A young man with a beaming smile puts out his hand in front of me, leaving me no choice but to collect yet another flyer from an (over) enthusiastic promoter. Before I get the chance to thank him, he dives straight into a spiel about a bunch of people having some sort of relationship crisis. It’s a pitch that is not unlike the ones I’ve heard so far, and therefore I find myself distracted by everything else around me: the pungent smell of fried fish merged with the aroma of Mexican food, the cacophony of voices which occasionally allows me to catch the name of a show and venue, and the group of Asian musicians getting ready for a street performance.
And while I absorb it all, I try to devise a mental route that would get me from my University campus to Princes Street without having to duck past more promoters and somersault my way over awe-struck tourists.
I continue walking towards Princes Street, tucking my newly-acquired flyer in my pocket to avoid coming across as an ardent festival-goer to the dozens of promoters in Bristo Square.
“Five more days and they’ll be gone,” I reassure myself as I fumble in my bag for my water bottle, which I find buried under a heap of flyers.
For the first time since moving to Edinburgh, I feel like a local.
A hotchpotch of shows and tricks
“Ladies and gentleman, it’s showtime!”
The opening line to every street performance has to be one of the top cliches of the Edinburgh Festival Fringe. Curiousity gets the better of me and I move towards the small number of people scattered around a shirtless man who has just started to take out some weird stuff out of a metal case. I decide that he’s either a fire juggler, a unicyclist or just another man who takes pleasure in sinking his back into a bed of nails.
This is my second Fringe experience, so it is safe to say that I have seen almost every street performance under the sun. I ignore the performer’s calls for the spectators to move closer and instead walk away. It would be rude to watch the show without giving the performer a tip at the end, and I have given my last few coins to a Japanese acrobat whose impeccable stunts wowed many spectators, including myself, in Bristo Square.
The Royal Mile is teeming with promoters and performers competing for my attention and that of the hundreds of tourists walking up and down Edinburgh’s historic street. A girl in a pink squirrel onesie hands me a flyer, and a few seconds later I find myself pulled into another pitch about a comedy show that is supposed to be year’s favourite among critics. As I try to weave my way through the slow-moving crowds, I nearly trip on a promoter lying completely still on the floor, his arm sticking up with a fan of leaflets in his grasp.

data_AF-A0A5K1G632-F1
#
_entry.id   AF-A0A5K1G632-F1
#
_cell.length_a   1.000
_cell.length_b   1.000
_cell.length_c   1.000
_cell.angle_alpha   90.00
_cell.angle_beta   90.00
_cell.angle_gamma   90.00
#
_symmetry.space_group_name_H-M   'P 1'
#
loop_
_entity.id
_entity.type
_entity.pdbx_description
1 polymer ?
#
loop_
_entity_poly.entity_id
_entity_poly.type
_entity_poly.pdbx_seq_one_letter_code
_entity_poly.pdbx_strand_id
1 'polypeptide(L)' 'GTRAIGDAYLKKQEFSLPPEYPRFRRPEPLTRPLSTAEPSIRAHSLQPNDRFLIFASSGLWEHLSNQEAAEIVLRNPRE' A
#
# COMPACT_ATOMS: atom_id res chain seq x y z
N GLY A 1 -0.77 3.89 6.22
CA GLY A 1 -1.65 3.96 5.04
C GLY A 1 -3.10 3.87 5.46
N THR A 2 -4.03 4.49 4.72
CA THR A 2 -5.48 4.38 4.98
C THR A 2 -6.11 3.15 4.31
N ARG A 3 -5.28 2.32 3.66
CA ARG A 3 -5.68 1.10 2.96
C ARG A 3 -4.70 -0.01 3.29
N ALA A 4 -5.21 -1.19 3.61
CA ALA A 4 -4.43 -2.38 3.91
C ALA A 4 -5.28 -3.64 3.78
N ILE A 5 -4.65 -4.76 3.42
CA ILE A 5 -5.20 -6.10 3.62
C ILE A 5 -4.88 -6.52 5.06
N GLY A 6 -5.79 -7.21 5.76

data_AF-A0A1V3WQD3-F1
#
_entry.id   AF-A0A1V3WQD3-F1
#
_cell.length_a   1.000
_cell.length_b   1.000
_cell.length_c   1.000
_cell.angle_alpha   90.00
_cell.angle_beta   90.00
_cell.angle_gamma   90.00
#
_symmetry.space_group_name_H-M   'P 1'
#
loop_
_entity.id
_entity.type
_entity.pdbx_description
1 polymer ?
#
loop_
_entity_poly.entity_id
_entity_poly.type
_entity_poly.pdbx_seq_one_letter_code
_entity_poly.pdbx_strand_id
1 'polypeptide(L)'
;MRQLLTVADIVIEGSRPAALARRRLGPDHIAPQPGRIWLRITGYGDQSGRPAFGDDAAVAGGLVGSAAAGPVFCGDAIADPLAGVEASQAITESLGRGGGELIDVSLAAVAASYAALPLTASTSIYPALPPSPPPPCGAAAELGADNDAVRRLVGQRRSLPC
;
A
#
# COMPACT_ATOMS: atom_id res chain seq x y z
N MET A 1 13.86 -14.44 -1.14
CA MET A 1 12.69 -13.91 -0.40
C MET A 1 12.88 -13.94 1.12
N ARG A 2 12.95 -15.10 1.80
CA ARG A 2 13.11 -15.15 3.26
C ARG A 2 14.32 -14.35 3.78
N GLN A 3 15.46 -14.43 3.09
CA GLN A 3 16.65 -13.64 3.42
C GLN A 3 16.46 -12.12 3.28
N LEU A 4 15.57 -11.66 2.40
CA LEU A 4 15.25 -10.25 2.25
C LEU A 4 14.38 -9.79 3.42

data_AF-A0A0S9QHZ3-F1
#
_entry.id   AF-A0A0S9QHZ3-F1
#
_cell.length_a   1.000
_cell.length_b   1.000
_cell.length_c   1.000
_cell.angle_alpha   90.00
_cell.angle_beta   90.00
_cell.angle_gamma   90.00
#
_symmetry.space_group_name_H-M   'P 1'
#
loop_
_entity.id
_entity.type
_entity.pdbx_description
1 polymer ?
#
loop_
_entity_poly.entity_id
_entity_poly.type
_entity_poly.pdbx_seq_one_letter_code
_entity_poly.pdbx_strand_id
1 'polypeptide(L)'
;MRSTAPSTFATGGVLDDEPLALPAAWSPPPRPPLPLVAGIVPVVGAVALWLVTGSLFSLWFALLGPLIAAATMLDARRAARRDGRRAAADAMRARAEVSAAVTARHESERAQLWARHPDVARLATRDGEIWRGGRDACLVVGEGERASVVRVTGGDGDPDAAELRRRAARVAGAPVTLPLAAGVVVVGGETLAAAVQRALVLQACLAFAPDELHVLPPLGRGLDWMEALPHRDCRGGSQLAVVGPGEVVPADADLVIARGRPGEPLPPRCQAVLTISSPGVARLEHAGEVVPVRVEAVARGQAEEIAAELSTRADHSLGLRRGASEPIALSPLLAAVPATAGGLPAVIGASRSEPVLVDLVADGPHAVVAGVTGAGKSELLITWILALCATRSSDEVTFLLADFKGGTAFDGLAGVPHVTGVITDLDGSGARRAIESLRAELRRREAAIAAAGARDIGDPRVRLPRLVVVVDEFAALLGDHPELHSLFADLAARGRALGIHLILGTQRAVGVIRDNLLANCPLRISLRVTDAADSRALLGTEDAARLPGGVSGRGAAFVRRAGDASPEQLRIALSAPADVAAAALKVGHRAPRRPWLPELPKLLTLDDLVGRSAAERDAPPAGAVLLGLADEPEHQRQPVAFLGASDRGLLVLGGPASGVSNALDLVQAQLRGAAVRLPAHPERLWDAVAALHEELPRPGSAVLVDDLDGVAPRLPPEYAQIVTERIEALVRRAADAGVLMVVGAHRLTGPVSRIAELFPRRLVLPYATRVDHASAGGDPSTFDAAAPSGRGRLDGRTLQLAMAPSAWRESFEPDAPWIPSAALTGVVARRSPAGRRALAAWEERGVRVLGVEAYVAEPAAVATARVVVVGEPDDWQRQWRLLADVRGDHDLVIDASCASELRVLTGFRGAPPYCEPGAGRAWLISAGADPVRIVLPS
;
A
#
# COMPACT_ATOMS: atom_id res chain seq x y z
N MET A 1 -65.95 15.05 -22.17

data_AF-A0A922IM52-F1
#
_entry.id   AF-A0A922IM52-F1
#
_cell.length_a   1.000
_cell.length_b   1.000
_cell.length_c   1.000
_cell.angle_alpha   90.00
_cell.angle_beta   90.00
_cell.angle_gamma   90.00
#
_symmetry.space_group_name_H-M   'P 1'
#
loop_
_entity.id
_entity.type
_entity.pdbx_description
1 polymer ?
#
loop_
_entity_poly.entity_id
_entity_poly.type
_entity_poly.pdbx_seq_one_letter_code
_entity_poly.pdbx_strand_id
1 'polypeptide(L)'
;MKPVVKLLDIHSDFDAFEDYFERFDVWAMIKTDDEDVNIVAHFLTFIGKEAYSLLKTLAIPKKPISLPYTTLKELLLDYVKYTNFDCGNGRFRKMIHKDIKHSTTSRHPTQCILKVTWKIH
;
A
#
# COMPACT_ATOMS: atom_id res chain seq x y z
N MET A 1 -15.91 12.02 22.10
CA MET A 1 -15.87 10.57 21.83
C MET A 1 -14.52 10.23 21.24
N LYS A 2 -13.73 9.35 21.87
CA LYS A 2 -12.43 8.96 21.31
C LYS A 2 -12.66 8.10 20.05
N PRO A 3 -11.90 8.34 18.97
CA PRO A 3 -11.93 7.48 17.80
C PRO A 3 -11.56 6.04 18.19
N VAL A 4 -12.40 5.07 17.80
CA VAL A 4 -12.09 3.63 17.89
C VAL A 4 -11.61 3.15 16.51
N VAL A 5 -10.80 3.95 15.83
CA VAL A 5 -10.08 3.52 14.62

Further up the road, I come across a group of girls performing some sort of traditional dance, while on the other side, I spot a busker singing a sappy love song on his guitar. A magician posted by the side of St. Giles’ Cathedral seems to be the star performer at the moment. A sizeable crowd has gathered around him, oohing and aahing at his money tricks. I stand on my toes and crane my neck to try to follow his movements, but give up after a few seconds. Ah, the joys of being 5 foot-nothing.
The dull and the spontaneous
Exiting the Royal Mile through one of the hidden closes offers a brief moment of respite from the festival commotion. I slowly descend the narrow staircase, glancing at the flyers in my hand in case there’s something that sounds intriguing. Absurd titles like Cream Tea and Incest and Chocking to Death on a Currant Bun pique my interest, although one thing I learnt during last year’s Fringe is that one should never judge a show by its title.
I emerge into the Mound, and once again brace myself for the crowds. I join the queue at the pedestrian crossing, then dart across the street towards the steps that lead down to the Scottish National Gallery. One side of the narrow aisle has been taken up by stalls selling Celtic jewellery and expensive handicrafts. As a result, people heading in opposite directions funnel slowly through the remaining space. It is a warm day (by Scottish standards) and I stick my head up, gasping for air, as I try to navigate my way out of the narrow passageway.